# Given continuous function f(x)=1, x<=0, f(x) =2^xa, 0<x<=1, f(x) = (x^2-2x+b)/(-x+2), 1<x<=2, what is b^(a+2)? domain of f (-infinite,2)

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### 1 Answer

Given `f(x)={[1,x<=0],[2^x a,0<x<=1],[(x^2-2x+b)/(-x+2),1<x<2]}`

where f(x) is continuous, find the values of a and b.

** There is a typo in the problem. f(x) cannot be continuous at x=2 for any values of a or b since there is a vertical asymptote at x=2 for all values of a or b. The domain should be `(-oo,2)` so the inequality should be strict for x<2. **

For a function to be continuous it must be continuous at every point on its domain. Since each part of the piecewise function is everywhere continuous, we need only look at x=0,x=1 since these are the endpoints of the intervals.

Now a function is continuous at a point if the function is defined at the point, the limit exists at the point and the value of the function agrees with the limit. f(x) is defined at x=0 (f(0)=1) and defined at x=1 ` `(f(1)=2a ) so we need to check the limits.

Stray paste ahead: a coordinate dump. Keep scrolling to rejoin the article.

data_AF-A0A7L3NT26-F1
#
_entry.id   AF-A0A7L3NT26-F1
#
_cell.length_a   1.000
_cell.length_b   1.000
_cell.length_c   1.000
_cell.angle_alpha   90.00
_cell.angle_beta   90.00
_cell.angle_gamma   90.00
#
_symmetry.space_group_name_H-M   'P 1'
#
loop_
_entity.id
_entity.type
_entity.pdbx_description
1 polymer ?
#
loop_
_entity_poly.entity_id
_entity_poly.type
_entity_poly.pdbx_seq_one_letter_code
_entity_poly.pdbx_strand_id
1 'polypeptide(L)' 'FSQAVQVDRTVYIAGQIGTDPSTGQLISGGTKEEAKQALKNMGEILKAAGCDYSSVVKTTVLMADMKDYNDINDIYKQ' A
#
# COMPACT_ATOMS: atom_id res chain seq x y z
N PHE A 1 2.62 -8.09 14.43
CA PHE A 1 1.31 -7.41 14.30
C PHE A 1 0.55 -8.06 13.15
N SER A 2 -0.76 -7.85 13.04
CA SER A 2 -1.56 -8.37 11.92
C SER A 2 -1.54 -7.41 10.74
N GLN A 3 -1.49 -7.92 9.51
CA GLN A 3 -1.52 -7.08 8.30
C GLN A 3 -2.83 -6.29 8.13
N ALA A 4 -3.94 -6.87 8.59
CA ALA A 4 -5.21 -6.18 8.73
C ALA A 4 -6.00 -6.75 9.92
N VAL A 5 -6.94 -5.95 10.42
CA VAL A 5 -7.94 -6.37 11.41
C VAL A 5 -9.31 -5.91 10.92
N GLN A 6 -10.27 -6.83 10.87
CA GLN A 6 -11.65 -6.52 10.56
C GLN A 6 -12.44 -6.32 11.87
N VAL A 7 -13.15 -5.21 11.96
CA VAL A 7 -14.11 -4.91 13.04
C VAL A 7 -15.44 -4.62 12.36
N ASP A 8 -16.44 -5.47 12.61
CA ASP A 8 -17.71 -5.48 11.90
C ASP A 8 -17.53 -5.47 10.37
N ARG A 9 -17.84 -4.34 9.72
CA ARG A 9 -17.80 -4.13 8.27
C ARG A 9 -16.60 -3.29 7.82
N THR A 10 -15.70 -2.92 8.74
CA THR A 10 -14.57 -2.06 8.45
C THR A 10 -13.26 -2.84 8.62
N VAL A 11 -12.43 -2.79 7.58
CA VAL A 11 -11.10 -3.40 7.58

For a limit of a function to exist at a point the left and right limits must agree.

`lim_(x->0^-)=1` since the function is constant on `(-oo,0)`

`lim_(x->0^+)=2^0 a=a` (The exponential function is continuous everywhere so we can use substitution to find the limit.)

**So if f(x) is continuous, the limits must agree and a=1.**

`lim_(x->1^-)=2^1 a=2a=2` substituting the known value of a.

`lim_(x->1^+)=((1)^2-2(1)+b)/(-(1)+2)=-1+b` (Again the rational function is continuous everywhere except x=2, so we can use substitution at x=1 to find the limit.)

**So for f(x) to be continuous the limits must agree and -1+b=2 ==> b=3.**

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**Since f(x) is continuous a=1,b=3 and `b^(a+2)=3^3=27` **

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The graph with a=1,b=3: